JH: I don't go to the studio 3 days a week and try to write hits. I literally live my life. I live in Berlin - I'm out at dive bars every night meeting new people and hanging out and going clubbing. Just having fun. Then when a song comes around, man, a song comes around. I don't believe you should be like "We gotta write songs and sound like Milky Chance." That's not music man, that's business. That's industry. I think if the charts reflected what people were actually feeling and writing, it'd be a much more interesting landscape.
JL: Where is one of your favorite places to play?
JH: When I was on tour with Milky Chance, we played Dallas which was really cool. Generally [venues] in the US. Americans just get it completely. I feel like they understand every word I'm saying. They really understand it's emotional and supposed to be authentic. It's very important to me to sing songs that are honest. I really love playing in the states in general. The House of Blues in Boston, that was also really cool.
JL: Oh yeah? That's where I'm from.
JH: Yeah? My dad's from the Boston area. His family was from Melrose. He's a science teacher, a thinking man. My mom's a journalist, my older sister actually studied as well and became a journalist.
JL: So she's a writer - do you think that influenced you and your process?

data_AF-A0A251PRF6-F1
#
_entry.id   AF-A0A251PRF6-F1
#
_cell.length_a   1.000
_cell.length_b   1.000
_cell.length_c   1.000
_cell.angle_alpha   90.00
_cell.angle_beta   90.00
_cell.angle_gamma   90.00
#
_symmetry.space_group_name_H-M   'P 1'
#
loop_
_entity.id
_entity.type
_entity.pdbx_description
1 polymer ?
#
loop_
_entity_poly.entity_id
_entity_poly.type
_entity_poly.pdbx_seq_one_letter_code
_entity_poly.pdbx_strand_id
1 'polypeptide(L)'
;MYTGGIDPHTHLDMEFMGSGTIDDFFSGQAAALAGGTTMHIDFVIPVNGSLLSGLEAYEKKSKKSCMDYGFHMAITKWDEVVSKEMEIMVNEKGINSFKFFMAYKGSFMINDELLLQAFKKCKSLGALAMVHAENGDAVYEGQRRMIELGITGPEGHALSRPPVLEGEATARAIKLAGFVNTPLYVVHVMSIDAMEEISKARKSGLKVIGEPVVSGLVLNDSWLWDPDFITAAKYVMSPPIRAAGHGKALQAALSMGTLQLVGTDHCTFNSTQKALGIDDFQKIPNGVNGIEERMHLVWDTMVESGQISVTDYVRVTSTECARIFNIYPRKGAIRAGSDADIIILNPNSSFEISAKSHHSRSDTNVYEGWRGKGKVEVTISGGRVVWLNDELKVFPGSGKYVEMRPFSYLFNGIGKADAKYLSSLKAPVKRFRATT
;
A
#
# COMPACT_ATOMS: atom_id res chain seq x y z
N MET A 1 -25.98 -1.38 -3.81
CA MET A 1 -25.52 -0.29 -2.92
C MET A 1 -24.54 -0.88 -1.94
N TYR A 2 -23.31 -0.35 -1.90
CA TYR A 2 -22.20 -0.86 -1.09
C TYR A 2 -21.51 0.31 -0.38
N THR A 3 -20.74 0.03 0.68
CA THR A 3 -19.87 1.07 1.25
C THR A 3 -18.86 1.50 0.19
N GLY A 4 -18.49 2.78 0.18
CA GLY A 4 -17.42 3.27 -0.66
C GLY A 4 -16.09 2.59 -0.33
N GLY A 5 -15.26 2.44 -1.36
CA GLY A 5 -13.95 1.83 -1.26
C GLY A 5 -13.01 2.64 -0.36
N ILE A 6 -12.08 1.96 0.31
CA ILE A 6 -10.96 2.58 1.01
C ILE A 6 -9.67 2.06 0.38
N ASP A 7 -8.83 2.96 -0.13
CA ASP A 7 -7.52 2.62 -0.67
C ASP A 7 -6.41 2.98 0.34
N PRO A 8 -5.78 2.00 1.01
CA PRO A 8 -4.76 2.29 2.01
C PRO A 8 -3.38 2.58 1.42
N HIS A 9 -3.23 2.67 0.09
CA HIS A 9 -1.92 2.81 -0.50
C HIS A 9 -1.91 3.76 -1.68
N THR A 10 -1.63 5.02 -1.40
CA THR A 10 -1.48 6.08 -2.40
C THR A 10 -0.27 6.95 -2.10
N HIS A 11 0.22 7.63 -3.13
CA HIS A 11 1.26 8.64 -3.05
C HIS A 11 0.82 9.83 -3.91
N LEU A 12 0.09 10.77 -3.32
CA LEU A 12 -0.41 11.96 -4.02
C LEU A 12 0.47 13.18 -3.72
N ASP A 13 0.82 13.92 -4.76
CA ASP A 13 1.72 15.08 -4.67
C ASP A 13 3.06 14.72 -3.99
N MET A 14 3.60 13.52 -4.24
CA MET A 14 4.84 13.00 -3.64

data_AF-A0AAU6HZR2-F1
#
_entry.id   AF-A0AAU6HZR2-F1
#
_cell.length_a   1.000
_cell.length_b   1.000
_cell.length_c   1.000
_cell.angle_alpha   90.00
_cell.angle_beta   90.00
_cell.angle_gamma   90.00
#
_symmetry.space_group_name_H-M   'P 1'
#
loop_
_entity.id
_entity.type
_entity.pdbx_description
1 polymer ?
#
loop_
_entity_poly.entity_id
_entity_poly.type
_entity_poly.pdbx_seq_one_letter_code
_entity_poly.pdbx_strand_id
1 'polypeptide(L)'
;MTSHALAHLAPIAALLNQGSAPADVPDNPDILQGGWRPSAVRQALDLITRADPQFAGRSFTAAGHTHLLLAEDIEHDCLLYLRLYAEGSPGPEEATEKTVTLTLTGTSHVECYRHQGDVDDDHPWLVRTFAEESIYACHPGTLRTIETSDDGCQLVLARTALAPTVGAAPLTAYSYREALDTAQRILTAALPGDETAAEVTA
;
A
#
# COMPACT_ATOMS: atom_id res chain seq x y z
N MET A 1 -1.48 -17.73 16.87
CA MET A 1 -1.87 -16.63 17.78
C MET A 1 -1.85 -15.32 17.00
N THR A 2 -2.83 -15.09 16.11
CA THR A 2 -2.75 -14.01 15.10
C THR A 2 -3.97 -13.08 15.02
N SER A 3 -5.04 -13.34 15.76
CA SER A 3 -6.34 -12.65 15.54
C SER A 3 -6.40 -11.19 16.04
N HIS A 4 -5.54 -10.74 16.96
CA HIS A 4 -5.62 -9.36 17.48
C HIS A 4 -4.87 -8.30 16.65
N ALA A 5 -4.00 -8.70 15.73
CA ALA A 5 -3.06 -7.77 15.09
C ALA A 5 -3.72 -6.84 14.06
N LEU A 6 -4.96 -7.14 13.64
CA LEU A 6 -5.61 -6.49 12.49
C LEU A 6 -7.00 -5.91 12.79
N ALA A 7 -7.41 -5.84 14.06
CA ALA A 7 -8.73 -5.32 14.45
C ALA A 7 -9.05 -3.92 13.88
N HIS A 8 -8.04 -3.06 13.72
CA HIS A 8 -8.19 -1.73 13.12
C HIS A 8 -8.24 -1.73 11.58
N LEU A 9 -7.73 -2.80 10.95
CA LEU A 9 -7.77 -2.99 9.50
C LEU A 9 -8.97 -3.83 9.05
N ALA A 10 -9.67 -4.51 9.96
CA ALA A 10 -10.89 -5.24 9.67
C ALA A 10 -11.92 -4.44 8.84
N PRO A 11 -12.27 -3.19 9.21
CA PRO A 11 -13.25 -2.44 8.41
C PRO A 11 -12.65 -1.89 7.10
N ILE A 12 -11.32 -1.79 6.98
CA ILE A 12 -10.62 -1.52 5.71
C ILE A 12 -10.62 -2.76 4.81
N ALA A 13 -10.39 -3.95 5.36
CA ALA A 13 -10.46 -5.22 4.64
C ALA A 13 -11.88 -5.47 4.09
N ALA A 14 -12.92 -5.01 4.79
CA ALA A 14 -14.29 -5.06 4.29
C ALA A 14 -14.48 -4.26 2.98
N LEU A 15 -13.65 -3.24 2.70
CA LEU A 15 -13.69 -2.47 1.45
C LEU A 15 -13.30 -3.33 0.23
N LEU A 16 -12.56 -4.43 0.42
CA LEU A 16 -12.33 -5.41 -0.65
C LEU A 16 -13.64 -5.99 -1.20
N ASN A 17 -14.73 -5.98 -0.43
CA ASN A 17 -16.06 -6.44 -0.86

JH: Definitely! My mom always put a very high value on the fact that we speak well in German and English, and not like go into accents or anything. To be able to articulate. And also in writing she would correct and edit our writing.
JL: She's not editing your music?
JH: No. [laughs] But she loves the lyrics, because I love to take complicated thoughts and bring them down to the essence so that everyone can understand them.
JL: Do you have any favorite moments from last year? Were there any highlights from 2016? Or low points?
JH: The whole "Miss You" moment was really crazy, like writing it and getting called into the studio right away. Flying out to England and getting picked up in a Porche! The A&R guy up there understood the moment and was like, "I got a Porsche from my dad's friend." The studio was an epic countryside barn, it was Ed Sheeran's producer and friend Will Hicks. He did my EP and was a really cool guy.
JL: You mentioned earlier that you were inspired by hip-hop, which artist were you into?
JH: As a kid I listened to Cypress Hill and Tupac. I still listen to Nas' Illmatic on my phone. My best friend in high school was winning competitions scratching and I was a punk. I had a mohawk and played in exclusively punk bands for seven years as a kid. Drums, bass, guitar, screaming into the microphone and drinking beer. And was writing like cute little songs alongside the whole time. I've done a lot of different music.
JL: Punk's a very political genre, do you ever consider taking a political stance with you music?
JH: No, I don't want to, but it's important to me that people are close to one another. I did a refugee benefit in Austria last year, but I don't really care who you vote for: left or right. The point is that people should be where they're safe and where they're comfortable. Just because we're born here does give us the right to tell other people they're not allowed to come.